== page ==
Czechia will host the European LUMI-Q quantum computer
Quantum computing can dramatically increase the quality and impact of research and innovation efforts by enabling solutions to problems far beyond the capabilities of current classical supercomputers. Quantum computing can potentially aid in designing safer and more sustainable products and processes, drugs, and green catalysis. Other major areas include logistics bottlenecks, complex financial analyses, cyber security, precision weather and climate forecasting, and the broad field of artificial intelligence.
The LUMI-Q consortium builds on the success of the LUMI consortium
LUMI-Q will set up, operate, and make a new European quantum computer available for the entire EuroHPC user base. The consortium follows the work of the LUMI consortium, which built and now operates Europe’s most powerful pre-exascale supercomputer, LUMI, located in Finland. The members of LUMI-Q are some of the existing members of the LUMI consortium, namely Finland, Sweden, Denmark, Poland, Norway, and Belgium, and the project leader, Czechia, joined by the Netherlands and Germany.
– LUMI-Q builds on the success of the LUMI consortium, which currently operates the most powerful supercomputer in Europe. Through LUMI-Q, the LUMI ecosystem becomes increasingly inclusive, from both technological and regional perspectives, says Kimmo Koski, Managing Director, CSC.
The LUMI-Q consortium will provide a European-wide quantum computing environment integrated with the EuroHPC infrastructure. The proposed concept allows the integration of the targeted EuroHPC quantum computer into multiple EuroHPC supercomputers, including KAROLINA in Czechia, LUMI in Finland, and EHPCPL in Poland.
– Of course, I am very delighted that Czechia and our supercomputing centre IT4Innovations have been chosen to host the LUMI-Q quantum computer. I believe that we will be able to create a cutting-edge ecosystem for quantum computing, where the latest quantum technologies will be integrated into the existing European supercomputing infrastructure, which in the future may lead to significant breakthroughs resulting from the convergence of these two fields, states Vit Vondrak, Director of the National Supercomputing Centre IT4Innovations, which is part of the VSB – Technical University Ostrava in Czechia.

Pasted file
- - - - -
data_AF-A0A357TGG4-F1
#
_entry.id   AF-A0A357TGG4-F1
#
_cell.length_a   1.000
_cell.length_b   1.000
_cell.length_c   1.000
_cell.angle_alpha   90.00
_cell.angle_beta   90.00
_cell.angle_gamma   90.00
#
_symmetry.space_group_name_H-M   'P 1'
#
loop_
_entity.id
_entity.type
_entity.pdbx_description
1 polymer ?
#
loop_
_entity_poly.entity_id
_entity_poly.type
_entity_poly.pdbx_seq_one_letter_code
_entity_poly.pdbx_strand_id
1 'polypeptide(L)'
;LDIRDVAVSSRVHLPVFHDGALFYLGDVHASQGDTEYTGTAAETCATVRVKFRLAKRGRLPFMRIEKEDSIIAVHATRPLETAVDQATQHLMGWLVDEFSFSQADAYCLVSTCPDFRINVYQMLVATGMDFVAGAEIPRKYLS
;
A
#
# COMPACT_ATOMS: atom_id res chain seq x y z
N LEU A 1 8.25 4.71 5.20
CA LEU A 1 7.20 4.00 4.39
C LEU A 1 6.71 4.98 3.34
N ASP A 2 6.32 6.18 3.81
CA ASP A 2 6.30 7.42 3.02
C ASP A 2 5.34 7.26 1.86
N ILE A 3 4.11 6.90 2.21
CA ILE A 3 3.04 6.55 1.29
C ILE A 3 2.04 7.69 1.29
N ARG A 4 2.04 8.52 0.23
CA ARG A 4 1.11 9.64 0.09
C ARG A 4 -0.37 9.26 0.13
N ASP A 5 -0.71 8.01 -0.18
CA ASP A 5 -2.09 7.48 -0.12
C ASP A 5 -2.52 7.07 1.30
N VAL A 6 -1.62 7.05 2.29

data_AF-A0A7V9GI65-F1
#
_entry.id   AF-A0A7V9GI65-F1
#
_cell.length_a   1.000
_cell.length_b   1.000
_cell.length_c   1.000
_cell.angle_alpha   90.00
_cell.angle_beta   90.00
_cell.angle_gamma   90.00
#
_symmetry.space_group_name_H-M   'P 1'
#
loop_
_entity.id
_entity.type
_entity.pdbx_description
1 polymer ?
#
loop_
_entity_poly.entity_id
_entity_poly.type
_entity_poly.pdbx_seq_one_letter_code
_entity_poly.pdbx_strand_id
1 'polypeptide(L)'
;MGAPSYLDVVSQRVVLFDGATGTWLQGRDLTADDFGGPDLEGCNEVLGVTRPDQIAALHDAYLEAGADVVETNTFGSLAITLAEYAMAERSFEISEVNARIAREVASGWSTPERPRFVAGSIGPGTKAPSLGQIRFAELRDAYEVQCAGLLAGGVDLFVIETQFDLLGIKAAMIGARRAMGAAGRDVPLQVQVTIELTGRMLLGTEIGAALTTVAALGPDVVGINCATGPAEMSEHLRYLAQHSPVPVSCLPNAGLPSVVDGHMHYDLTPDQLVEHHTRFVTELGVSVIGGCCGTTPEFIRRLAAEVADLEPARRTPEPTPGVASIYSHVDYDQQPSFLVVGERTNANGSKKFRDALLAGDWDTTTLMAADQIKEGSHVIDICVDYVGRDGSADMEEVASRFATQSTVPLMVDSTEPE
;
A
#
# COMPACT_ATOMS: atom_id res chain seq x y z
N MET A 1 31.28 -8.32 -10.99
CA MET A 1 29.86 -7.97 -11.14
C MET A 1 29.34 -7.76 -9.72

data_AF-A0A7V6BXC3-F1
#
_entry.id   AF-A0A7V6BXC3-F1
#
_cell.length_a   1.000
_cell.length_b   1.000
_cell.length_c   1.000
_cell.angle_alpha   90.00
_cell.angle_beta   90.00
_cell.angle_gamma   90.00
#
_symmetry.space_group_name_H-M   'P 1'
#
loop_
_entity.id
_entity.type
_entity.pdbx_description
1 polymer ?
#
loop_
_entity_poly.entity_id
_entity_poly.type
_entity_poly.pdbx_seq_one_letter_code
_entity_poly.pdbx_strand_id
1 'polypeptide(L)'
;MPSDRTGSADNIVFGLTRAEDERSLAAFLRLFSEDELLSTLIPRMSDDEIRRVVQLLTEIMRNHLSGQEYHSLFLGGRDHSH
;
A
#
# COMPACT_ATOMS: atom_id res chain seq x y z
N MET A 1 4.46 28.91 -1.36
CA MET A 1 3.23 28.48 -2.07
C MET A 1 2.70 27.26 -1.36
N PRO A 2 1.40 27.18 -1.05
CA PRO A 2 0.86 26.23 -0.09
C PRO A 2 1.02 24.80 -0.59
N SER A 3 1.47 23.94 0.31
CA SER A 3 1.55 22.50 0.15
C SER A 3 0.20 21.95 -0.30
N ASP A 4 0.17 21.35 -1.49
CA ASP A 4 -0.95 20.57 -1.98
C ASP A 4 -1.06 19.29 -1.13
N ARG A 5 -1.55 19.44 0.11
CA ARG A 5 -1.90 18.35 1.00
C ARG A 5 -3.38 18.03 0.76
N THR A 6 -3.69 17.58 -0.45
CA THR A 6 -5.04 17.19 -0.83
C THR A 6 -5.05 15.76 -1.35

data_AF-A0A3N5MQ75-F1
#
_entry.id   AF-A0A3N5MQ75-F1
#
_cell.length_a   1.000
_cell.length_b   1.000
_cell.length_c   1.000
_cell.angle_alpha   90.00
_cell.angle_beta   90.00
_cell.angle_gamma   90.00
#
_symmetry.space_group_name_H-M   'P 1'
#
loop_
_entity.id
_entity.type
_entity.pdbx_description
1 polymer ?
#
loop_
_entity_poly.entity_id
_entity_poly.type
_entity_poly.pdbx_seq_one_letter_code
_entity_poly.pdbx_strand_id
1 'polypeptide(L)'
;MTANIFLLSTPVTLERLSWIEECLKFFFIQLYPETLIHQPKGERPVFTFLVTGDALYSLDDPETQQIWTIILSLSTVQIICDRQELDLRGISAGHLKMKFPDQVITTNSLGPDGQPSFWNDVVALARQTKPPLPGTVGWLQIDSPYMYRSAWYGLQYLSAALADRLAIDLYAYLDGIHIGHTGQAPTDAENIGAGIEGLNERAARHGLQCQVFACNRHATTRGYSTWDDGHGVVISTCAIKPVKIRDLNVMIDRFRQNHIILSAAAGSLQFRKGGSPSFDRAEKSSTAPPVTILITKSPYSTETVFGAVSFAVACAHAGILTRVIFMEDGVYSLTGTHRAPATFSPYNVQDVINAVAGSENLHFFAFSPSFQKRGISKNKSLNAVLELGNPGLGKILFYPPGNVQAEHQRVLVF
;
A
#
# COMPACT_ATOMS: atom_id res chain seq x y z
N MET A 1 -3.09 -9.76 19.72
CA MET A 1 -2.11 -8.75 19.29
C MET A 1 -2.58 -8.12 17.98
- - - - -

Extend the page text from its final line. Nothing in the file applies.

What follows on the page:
LUMI-Q quantum computer to solve some of the most urgent challenges faced by society
Efficiently implemented, high-performance computing accelerated by quantum computers can bring notable speed-ups for real-world computation problems and thus aid in solving some of the most pressing challenges faced by society. In the medium to long term, quantum acceleration is expected to be of disruptive magnitude. This requires preparation and the setup of a hybrid high-performance computing and quantum computing (HPC+QC) platform, which from the onset is constructed with long-term sustainability at its core. Through this, developers and end-users can immediately start preparing for the quantum revolution in computational modelling and immediately use existing and near-term quantum computing solutions.
LUMI-Q uses the strengths and know-how of its pan-European consortium members to implement an inclusive HPC+QC platform for the entire European user base. The software stack will be fully inclusive with respect to both HPC centres and quantum computing installations. A fully transferable software stack that can be installed on any HPC+QC infrastructure will thus be created.
– Our ambition is to bring the European scientific community a unique, sustainable and cutting-edge environment for quantum-accelerated supercomputers that will enable European success and competitiveness in a global, quantum-driven innovation system, said Branislav Jansik, Director of Supercomputing Services at IT4Innovations and coordinator of the LUMI-Q project.
EuroHPC JU prepares Europe for the quantum era
The new quantum computers, including the LUMI-Q system, will be integrated with existing supercomputers and the selected hosting entities will operate the systems on behalf of the EuroHPC JU. The quantum computers will be co-funded by the EuroHPC JU budget stemming from the Digital Europe Programme (DEP) and contributions from the relevant EuroHPC JU participating states. The JU will co-fund up to 50% of the total cost of the quantum computers with a planned total investment of more than EUR 100 million. The exact funding arrangements for each system will be reflected in hosting agreements that will be signed soon.
LUMI-Q consortium partners:
Coordinator: VSB – Technical University of Ostrava, IT4Innovations National Supercomputing Center, Czechia
- CSC – IT Center for Science, Finland
- VTT Technical Research Centre of Finland Ltd, Finland
- Chalmers University of Technology, Sweden
- Danish Technical University, Denmark
- Akademickie Centrum Komputerowe Cyfronet AGH, Poland
- Nicolaus Copernicus Astronomical Center, Poland
- Sigma2 AS, Norway
- Simula Research Lab, Norway
- SINTEF AS, Norway
- Deutsches Zentrum für Luft- und Raumfahrt, Germany
- University of Hasselt, Belgium
- TNO Netherlands Organisation for Applied Scientific Research, the Netherlands
- SURF BV, the Netherlands
Press release by IT4Innovations National Supercomputer Center